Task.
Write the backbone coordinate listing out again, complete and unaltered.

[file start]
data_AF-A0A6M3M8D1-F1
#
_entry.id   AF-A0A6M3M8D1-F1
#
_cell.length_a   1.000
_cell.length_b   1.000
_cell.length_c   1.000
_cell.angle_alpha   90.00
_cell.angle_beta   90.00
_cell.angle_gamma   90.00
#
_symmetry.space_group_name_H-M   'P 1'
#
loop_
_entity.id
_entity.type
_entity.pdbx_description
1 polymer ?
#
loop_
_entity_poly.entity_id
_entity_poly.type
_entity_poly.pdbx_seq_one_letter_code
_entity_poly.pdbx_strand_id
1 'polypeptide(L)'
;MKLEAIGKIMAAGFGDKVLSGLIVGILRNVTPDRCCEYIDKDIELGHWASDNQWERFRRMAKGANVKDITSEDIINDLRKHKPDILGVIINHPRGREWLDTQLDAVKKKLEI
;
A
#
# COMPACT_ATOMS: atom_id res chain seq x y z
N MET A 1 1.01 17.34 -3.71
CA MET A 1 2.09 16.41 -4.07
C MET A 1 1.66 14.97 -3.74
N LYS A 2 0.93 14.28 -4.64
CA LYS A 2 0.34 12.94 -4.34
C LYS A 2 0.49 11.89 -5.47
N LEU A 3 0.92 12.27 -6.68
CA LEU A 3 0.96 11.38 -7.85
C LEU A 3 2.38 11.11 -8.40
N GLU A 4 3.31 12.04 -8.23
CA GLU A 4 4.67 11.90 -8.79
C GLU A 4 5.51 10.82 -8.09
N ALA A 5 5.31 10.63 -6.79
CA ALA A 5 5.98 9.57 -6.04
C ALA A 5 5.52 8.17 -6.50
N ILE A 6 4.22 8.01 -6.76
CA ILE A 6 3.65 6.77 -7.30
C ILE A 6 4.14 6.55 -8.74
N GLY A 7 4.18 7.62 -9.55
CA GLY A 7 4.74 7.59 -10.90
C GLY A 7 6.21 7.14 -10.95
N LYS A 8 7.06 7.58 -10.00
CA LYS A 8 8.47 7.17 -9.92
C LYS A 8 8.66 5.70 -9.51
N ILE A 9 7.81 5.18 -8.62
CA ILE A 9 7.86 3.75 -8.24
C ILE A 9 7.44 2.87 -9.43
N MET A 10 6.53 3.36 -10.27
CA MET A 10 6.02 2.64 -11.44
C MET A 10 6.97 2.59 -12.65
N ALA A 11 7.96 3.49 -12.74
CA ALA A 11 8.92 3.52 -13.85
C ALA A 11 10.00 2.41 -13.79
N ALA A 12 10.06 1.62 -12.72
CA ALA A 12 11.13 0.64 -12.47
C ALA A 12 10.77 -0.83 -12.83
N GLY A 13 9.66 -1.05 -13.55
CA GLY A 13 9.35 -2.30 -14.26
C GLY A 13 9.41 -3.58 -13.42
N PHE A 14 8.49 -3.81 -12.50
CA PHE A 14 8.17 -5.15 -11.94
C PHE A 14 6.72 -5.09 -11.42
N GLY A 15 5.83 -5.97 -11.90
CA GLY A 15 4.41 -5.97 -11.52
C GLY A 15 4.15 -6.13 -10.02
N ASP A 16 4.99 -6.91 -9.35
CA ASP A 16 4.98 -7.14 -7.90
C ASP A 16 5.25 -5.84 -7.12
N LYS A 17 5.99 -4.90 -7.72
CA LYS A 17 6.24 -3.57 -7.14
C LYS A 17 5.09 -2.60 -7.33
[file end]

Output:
data_AF-A0A6M3M8D1-F1
#
_entry.id   AF-A0A6M3M8D1-F1
#
_cell.length_a   1.000
_cell.length_b   1.000
_cell.length_c   1.000
_cell.angle_alpha   90.00
_cell.angle_beta   90.00
_cell.angle_gamma   90.00
#
_symmetry.space_group_name_H-M   'P 1'
#
loop_
_entity.id
_entity.type
_entity.pdbx_description
1 polymer ?
#
loop_
_entity_poly.entity_id
_entity_poly.type
_entity_poly.pdbx_seq_one_letter_code
_entity_poly.pdbx_strand_id
1 'polypeptide(L)'
;MKLEAIGKIMAAGFGDKVLSGLIVGILRNVTPDRCCEYIDKDIELGHWASDNQWERFRRMAKGANVKDITSEDIINDLRKHKPDILGVIINHPRGREWLDTQLDAVKKKLEI
;
A
#
# COMPACT_ATOMS: atom_id res chain seq x y z
N MET A 1 1.01 17.34 -3.71
CA MET A 1 2.09 16.41 -4.07
C MET A 1 1.66 14.97 -3.74
N LYS A 2 0.93 14.28 -4.64
CA LYS A 2 0.34 12.94 -4.34
C LYS A 2 0.49 11.89 -5.47
N LEU A 3 0.92 12.27 -6.68
CA LEU A 3 0.96 11.38 -7.85
C LEU A 3 2.38 11.11 -8.40
N GLU A 4 3.31 12.04 -8.23
CA GLU A 4 4.67 11.90 -8.79
C GLU A 4 5.51 10.82 -8.09
N ALA A 5 5.31 10.63 -6.79
CA ALA A 5 5.98 9.57 -6.04
C ALA A 5 5.52 8.17 -6.50
N ILE A 6 4.22 8.01 -6.76
CA ILE A 6 3.65 6.77 -7.30
C ILE A 6 4.14 6.55 -8.74
N GLY A 7 4.18 7.62 -9.55
CA GLY A 7 4.74 7.59 -10.90
C GLY A 7 6.21 7.14 -10.95
N LYS A 8 7.06 7.58 -10.00
CA LYS A 8 8.47 7.17 -9.92
C LYS A 8 8.66 5.70 -9.51
N ILE A 9 7.81 5.18 -8.62
CA ILE A 9 7.86 3.75 -8.24
C ILE A 9 7.44 2.87 -9.43
N MET A 10 6.53 3.36 -10.27
CA MET A 10 6.02 2.64 -11.44
C MET A 10 6.97 2.59 -12.65
N ALA A 11 7.96 3.49 -12.74
CA ALA A 11 8.92 3.52 -13.85
C ALA A 11 10.00 2.41 -13.79
N ALA A 12 10.06 1.62 -12.72
CA ALA A 12 11.13 0.64 -12.47
C ALA A 12 10.77 -0.83 -12.83
N GLY A 13 9.66 -1.05 -13.55
CA GLY A 13 9.35 -2.30 -14.26
C GLY A 13 9.41 -3.58 -13.42
N PHE A 14 8.49 -3.81 -12.50
CA PHE A 14 8.17 -5.15 -11.94
C PHE A 14 6.72 -5.09 -11.42
N GLY A 15 5.83 -5.97 -11.90
CA GLY A 15 4.41 -5.97 -11.52
C GLY A 15 4.15 -6.13 -10.02
N ASP A 16 4.99 -6.91 -9.35
CA ASP A 16 4.98 -7.14 -7.90
C ASP A 16 5.25 -5.84 -7.12
N LYS A 17 5.99 -4.90 -7.72
CA LYS A 17 6.24 -3.57 -7.14
C LYS A 17 5.09 -2.60 -7.33